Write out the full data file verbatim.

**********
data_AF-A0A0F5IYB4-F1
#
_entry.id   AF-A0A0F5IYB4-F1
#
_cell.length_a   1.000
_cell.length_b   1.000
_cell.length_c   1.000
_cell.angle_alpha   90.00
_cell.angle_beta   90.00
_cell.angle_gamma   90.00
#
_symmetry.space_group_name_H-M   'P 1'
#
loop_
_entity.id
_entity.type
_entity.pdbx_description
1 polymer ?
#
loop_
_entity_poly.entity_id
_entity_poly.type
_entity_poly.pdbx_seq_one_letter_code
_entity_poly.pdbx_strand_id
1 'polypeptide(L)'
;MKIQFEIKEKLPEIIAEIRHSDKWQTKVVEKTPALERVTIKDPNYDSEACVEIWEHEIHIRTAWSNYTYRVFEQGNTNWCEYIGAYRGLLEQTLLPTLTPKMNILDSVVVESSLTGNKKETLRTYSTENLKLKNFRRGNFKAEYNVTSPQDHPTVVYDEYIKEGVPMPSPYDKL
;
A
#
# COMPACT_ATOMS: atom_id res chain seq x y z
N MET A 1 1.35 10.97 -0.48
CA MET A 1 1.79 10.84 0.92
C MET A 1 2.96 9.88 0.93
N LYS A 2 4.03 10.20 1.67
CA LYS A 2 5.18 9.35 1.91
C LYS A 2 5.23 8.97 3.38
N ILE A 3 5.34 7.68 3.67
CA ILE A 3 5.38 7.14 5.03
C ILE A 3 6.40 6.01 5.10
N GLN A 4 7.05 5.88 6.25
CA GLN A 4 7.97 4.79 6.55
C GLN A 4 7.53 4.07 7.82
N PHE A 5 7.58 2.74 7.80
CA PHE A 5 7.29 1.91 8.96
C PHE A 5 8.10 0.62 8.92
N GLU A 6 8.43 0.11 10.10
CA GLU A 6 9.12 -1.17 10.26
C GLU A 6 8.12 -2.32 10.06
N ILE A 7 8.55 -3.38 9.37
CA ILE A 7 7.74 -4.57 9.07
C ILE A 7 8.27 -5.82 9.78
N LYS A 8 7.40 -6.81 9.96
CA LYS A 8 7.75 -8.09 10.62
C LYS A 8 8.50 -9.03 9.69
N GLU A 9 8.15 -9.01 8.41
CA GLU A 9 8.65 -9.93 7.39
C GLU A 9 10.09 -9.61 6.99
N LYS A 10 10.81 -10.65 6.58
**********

data_AF-A0A0F5IYB4-F1
#
_entry.id   AF-A0A0F5IYB4-F1
#
_cell.length_a   1.000
_cell.length_b   1.000
_cell.length_c   1.000
_cell.angle_alpha   90.00
_cell.angle_beta   90.00
_cell.angle_gamma   90.00
#
_symmetry.space_group_name_H-M   'P 1'
#
loop_
_entity.id
_entity.type
_entity.pdbx_description
1 polymer ?
#
loop_
_entity_poly.entity_id
_entity_poly.type
_entity_poly.pdbx_seq_one_letter_code
_entity_poly.pdbx_strand_id
1 'polypeptide(L)'
;MKIQFEIKEKLPEIIAEIRHSDKWQTKVVEKTPALERVTIKDPNYDSEACVEIWEHEIHIRTAWSNYTYRVFEQGNTNWCEYIGAYRGLLEQTLLPTLTPKMNILDSVVVESSLTGNKKETLRTYSTENLKLKNFRRGNFKAEYNVTSPQDHPTVVYDEYIKEGVPMPSPYDKL
;
A
#
# COMPACT_ATOMS: atom_id res chain seq x y z
N MET A 1 1.35 10.97 -0.48
CA MET A 1 1.79 10.84 0.92
C MET A 1 2.96 9.88 0.93
N LYS A 2 4.03 10.20 1.67
CA LYS A 2 5.18 9.35 1.91
C LYS A 2 5.23 8.97 3.38
N ILE A 3 5.34 7.68 3.67
CA ILE A 3 5.38 7.14 5.03
C ILE A 3 6.40 6.01 5.10
N GLN A 4 7.05 5.88 6.25
CA GLN A 4 7.97 4.79 6.55
C GLN A 4 7.53 4.07 7.82
N PHE A 5 7.58 2.74 7.80
CA PHE A 5 7.29 1.91 8.96
C PHE A 5 8.10 0.62 8.92
N GLU A 6 8.43 0.11 10.10
CA GLU A 6 9.12 -1.17 10.26
C GLU A 6 8.12 -2.32 10.06
N ILE A 7 8.55 -3.38 9.37
CA ILE A 7 7.74 -4.57 9.07
C ILE A 7 8.27 -5.82 9.78
N LYS A 8 7.40 -6.81 9.96
CA LYS A 8 7.75 -8.09 10.62
C LYS A 8 8.50 -9.03 9.69
N GLU A 9 8.15 -9.01 8.41
CA GLU A 9 8.65 -9.93 7.39
C GLU A 9 10.09 -9.61 6.99
N LYS A 10 10.81 -10.65 6.58